While the cricketing world was hailing Cheteshwar Pujara as the poster boy of Test cricket, tweeting about his innings of 193, celebrating the 1258 deliveries he has faced in this series, shaking their heads in disbelief about those 28 plus batting hours in 4 Tests; his wife Puja was discussing the discharge summary details of his father Arvind with doctors.
A day before, on Thursday, when India’s No.3 was closing in on his third hundred of the tour at the Sydney Cricket Ground, the two were in a cab from Mumbai’s domestic terminal headed to the Holy Family Hospital in Bandra. Arvind’s abnormally high heart rate had seen the two fly out of Rajkot for a planned cardiac procedure, as advised by Mumbai-based specialist Dr Yash Lokhandwala.
The 68-year-old former first-class player, Cheteshwar’s only coach since the time he was barely seven, missed watching his son’s – and one of Indian cricket’s – most significant inning. His first two hundreds had set the platform for India’s Test wins at Adelaide and Melbourne; now at Sydney as he walked back to the pavilion just 7 short of a double hundred after facing 373 balls, Australia seemed to have been batted out of the game. Leading 2-1 in the series, Cheteshwar had put India on the brink of their first ever series win in Australia.
From his hospital bed, Arvind sounds relieved about the procedure – cardiac catheterisation to regularize the heart’s rhythm – but he is more keen to talk about his son’s batting. “I have been hearing people praise my son from across the world. It’s very heartening, if anybody had any doubt about his batting it’s all cleared. I will go home watch the replays,” he says.
Having seen most of Cheteshwar’s tons from the stands, Puja talks about the experience of being on the road for this one. “On Day 1 of the Test we had watched him grind it out in the first session at our home at Rajkot. After that we had a flight to catch, once we landed we came to know that he was approaching his 100. That’s when he was smashing the balls and hitting fours. That bit we followed on my phone,” says the young mother who gave the Australia tour a miss to avoid long flights with their infant daughter.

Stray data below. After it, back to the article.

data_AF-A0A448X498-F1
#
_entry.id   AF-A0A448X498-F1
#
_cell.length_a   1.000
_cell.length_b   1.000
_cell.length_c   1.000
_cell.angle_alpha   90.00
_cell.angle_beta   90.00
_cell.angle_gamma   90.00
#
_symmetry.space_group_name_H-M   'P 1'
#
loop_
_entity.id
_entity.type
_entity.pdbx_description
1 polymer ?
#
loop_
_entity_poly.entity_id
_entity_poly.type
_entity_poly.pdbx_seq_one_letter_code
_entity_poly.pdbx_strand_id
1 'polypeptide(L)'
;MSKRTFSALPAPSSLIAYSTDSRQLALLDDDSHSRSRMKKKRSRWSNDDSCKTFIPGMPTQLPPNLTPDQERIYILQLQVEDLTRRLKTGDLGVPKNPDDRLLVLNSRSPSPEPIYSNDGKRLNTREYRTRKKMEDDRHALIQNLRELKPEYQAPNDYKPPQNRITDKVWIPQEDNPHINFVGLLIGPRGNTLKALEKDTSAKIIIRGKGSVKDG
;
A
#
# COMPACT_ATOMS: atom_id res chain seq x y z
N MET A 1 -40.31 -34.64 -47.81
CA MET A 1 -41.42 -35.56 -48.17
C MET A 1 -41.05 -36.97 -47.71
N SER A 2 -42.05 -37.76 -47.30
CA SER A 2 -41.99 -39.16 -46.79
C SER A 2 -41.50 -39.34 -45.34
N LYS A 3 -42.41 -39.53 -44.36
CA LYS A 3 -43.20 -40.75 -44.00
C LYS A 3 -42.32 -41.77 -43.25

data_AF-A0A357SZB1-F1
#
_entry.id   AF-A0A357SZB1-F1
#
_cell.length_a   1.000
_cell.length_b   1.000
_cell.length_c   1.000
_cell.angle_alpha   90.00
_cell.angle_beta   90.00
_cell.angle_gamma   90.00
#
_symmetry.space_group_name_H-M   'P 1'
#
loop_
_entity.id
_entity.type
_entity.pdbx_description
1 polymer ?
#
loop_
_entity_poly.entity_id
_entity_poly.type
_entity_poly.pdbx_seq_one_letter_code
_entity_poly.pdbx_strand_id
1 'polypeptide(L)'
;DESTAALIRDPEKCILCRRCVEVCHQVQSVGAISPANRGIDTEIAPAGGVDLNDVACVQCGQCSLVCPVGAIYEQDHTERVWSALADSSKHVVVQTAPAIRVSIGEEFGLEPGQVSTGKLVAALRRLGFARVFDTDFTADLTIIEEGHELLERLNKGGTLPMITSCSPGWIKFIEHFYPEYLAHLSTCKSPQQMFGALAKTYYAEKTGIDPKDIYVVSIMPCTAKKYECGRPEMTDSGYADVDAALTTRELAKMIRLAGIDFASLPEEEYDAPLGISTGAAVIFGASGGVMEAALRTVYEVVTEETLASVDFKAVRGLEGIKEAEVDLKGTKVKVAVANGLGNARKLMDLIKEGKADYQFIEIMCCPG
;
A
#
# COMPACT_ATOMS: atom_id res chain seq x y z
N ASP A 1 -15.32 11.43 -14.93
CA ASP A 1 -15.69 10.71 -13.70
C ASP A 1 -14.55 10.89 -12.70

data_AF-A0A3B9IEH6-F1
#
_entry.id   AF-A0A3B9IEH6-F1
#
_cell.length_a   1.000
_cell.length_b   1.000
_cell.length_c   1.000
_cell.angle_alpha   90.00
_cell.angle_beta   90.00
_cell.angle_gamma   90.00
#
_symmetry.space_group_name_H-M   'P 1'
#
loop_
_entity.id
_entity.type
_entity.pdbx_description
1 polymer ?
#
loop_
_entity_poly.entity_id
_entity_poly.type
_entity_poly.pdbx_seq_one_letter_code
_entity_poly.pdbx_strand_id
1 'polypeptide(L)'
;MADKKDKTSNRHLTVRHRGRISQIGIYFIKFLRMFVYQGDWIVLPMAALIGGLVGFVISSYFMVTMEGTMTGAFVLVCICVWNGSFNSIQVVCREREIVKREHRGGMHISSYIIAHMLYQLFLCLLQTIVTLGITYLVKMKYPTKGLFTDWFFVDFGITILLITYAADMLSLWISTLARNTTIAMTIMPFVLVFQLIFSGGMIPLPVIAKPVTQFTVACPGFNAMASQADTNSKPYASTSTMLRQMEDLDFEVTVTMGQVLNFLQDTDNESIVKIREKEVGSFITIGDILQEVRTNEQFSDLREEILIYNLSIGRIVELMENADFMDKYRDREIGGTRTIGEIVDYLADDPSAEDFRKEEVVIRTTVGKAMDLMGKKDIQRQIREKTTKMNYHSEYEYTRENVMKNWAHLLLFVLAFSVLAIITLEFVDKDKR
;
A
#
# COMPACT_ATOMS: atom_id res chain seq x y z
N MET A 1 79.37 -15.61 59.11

At the start of the ongoing Test, Cheteshwar was aware that his father had to undergo surgery. Anchoring the innings, playing time one more time in the final Test of the series, wasn’t the only thing on his mind when he stepped out to bat at SCG. “Our doctor had called him and told him that it wasn’t wise to delay the procedure. They had a long chat, and once he was convinced we went ahead,” says the father.
Dr Nirbhay Shah, the Pujaras’ family friend, talks about those tense days in December when Arvind’s pulse rate would race to 200. “He had two episodes of severe rise in heart rate. Once while Cheteshwar was here and once again while he was in Australia. Initially, we did not inform him as he was playing at Melbourne. We informed him after the match and took his consent for surgery,” he says. “His century today was under the cloud of his dad and coach being subjected to surgery. His focus never wavered and his work ethic did not suffer.”
For Puja too it was tough. She had left her 10-month daughter with her mother and while in hospital with her father-in-law she had one eye on Sydney. “Yes, these were the toughest days of my life. Cheteshwar had been constantly in touch with us. After Day 1, he called to check about the procedure.” It was the same on Friday. The father informs about the chat the two had after stumps. It’s an old ritual the son and father have followed since Cheteshwar’s junior days. Back in the day, it used to be about technique, strokes and a post-mortem about the days play. Over the years, it changed. On Friday, as Arvind says, it was just about hearing each other’s voice.